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Prof Melanie Walker
Fostering human capabilities in universities may potentially transform education, says Prof Melanie Walker.

Education is at the centre of human life, and has the potential to be a crucial support for democratic life. Prof Melanie Walker’s recent research paper strikes a balance in dealing with people, education and the implications for democracy through the lens of human capabilities theory and practice and her own research.

People and papers

In her capacity as the SARChI Chair in the Higher Education and Human Development Research Programme at the University of the Free State (UFS), Prof Walker recently published a paper titled: Defending the Need for a Foundational Epistemic Capability in Education. It appeared in the special issue of the Journal of Human Development and Capabilities in honour of renowned Nobel Laureate Amartya Sen’s 85th birthday.

Nurturing epistemic justice

Within the context of existing literature such as that of Sen’s concern with the value of education on the one hand, and public reasoning on the other, Prof Walker argues for a foundational epistemic capability to shape the formal education landscape – as well as quality in education – by fostering inclusive public reasoning (including critical thinking) in all students. It would contribute to what Sen calls the ‘protective power of democracy’ and shared democratic rights, which, he argues, are strongly missed when most needed.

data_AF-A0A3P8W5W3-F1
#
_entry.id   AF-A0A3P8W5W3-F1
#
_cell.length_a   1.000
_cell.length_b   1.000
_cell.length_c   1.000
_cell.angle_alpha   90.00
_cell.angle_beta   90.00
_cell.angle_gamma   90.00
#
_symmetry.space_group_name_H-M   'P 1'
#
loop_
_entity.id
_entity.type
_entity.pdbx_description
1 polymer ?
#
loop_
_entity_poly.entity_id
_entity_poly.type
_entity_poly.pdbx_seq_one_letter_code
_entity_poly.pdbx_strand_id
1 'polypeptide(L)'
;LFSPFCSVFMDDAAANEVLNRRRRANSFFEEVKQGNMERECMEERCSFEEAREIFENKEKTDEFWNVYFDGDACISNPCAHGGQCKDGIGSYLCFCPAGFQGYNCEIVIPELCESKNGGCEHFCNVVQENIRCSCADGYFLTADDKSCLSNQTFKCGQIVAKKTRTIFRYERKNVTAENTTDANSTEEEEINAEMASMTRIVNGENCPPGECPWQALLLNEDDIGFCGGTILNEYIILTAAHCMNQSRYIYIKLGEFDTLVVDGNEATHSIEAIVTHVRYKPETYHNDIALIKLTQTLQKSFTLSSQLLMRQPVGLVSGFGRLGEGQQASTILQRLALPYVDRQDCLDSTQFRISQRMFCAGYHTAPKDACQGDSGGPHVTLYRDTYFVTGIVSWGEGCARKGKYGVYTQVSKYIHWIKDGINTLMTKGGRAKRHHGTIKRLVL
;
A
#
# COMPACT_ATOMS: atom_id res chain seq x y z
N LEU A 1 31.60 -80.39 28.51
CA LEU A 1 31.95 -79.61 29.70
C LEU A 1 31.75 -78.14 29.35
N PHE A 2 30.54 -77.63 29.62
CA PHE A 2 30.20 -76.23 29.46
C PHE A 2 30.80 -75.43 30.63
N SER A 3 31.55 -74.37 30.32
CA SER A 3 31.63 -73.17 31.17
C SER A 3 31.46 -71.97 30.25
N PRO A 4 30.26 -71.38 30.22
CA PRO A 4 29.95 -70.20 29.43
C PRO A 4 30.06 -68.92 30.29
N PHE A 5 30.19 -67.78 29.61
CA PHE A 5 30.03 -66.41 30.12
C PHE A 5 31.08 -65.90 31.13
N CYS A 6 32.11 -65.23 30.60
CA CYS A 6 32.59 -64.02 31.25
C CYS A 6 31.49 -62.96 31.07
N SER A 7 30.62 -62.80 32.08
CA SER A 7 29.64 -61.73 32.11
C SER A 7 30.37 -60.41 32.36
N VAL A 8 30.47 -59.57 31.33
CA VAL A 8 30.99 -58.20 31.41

“Sen’s approach asks us to build democratic practices in our university and in our society in ways which create capabilities for everyone. If our students learn public reasoning in all sorts of spaces in university, including the pedagogical, they may carry this into and back to society,” she said.

Educating for equality

Empowering society and fighting for justice are some of the crucial contributions made possible through fostering the epistemic capability of all students. “The capability requires that each student is recognised as both a knower and teller, a receiver and a contributor in critical meaning and knowledge, and an epistemic agent in processes of learning and critical thinking,” states Prof Walker.

In a young democracy like South Africa’s, inclusive public reasoning becomes all the more essential in order to achieve equality, uphold rights and sustain democracy as enshrined in the constitution, thereby improving people’s lives. 

News Archive

UFS has a contingency plan for load shedding
2008-02-13


The University of the Free State (UFS) has put in place a contingency plan to ensure that there is minimal disruption to the normal academic operations of its Main Campus in Bloemfontein whenever load shedding occurs.

The plan includes alternative arrangements for certain lectures that fall within the load-shedding schedule provided by Centlec, the emergency power generation for certain lecture halls and buildings, as well as the functioning of the UFS Sasol Library. This is in addition to emergency power equipment that has already been ordered for the larger lecture-hall complexes.